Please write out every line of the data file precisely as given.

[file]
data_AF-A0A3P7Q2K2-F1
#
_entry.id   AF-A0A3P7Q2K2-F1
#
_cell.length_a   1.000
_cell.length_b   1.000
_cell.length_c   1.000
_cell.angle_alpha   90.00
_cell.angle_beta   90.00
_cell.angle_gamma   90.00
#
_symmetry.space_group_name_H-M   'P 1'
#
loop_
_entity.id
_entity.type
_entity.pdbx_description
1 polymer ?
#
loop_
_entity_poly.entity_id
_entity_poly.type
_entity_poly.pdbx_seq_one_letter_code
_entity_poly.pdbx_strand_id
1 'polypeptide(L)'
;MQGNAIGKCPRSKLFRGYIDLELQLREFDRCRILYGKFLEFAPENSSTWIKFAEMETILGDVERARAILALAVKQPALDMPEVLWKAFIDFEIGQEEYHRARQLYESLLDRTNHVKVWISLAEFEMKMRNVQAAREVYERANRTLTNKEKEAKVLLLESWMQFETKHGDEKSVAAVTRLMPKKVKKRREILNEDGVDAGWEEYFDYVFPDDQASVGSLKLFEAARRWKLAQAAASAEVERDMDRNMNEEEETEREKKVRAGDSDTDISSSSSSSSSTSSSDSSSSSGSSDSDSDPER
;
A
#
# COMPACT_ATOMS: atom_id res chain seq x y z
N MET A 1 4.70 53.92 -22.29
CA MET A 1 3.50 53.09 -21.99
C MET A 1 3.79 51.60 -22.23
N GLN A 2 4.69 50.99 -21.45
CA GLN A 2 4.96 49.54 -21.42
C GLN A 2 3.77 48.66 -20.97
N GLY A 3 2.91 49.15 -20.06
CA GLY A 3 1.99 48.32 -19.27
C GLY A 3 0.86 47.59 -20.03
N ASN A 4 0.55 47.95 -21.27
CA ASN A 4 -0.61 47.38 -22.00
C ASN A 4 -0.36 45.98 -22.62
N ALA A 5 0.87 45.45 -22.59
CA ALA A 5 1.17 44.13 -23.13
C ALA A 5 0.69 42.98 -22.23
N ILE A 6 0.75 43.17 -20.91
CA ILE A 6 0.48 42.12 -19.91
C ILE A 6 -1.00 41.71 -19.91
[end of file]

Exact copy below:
data_AF-A0A3P7Q2K2-F1
#
_entry.id   AF-A0A3P7Q2K2-F1
#
_cell.length_a   1.000
_cell.length_b   1.000
_cell.length_c   1.000
_cell.angle_alpha   90.00
_cell.angle_beta   90.00
_cell.angle_gamma   90.00
#
_symmetry.space_group_name_H-M   'P 1'
#
loop_
_entity.id
_entity.type
_entity.pdbx_description
1 polymer ?
#
loop_
_entity_poly.entity_id
_entity_poly.type
_entity_poly.pdbx_seq_one_letter_code
_entity_poly.pdbx_strand_id
1 'polypeptide(L)'
;MQGNAIGKCPRSKLFRGYIDLELQLREFDRCRILYGKFLEFAPENSSTWIKFAEMETILGDVERARAILALAVKQPALDMPEVLWKAFIDFEIGQEEYHRARQLYESLLDRTNHVKVWISLAEFEMKMRNVQAAREVYERANRTLTNKEKEAKVLLLESWMQFETKHGDEKSVAAVTRLMPKKVKKRREILNEDGVDAGWEEYFDYVFPDDQASVGSLKLFEAARRWKLAQAAASAEVERDMDRNMNEEEETEREKKVRAGDSDTDISSSSSSSSSTSSSDSSSSSGSSDSDSDPER
;
A
#
# COMPACT_ATOMS: atom_id res chain seq x y z
N MET A 1 4.70 53.92 -22.29
CA MET A 1 3.50 53.09 -21.99
C MET A 1 3.79 51.60 -22.23
N GLN A 2 4.69 50.99 -21.45
CA GLN A 2 4.96 49.54 -21.42
C GLN A 2 3.77 48.66 -20.97
N GLY A 3 2.91 49.15 -20.06
CA GLY A 3 1.99 48.32 -19.27
C GLY A 3 0.86 47.59 -20.03
N ASN A 4 0.55 47.95 -21.27
CA ASN A 4 -0.61 47.38 -22.00
C ASN A 4 -0.36 45.98 -22.62
N ALA A 5 0.87 45.45 -22.59
CA ALA A 5 1.17 44.13 -23.13
C ALA A 5 0.69 42.98 -22.23
N ILE A 6 0.75 43.17 -20.91
CA ILE A 6 0.48 42.12 -19.91
C ILE A 6 -1.00 41.71 -19.91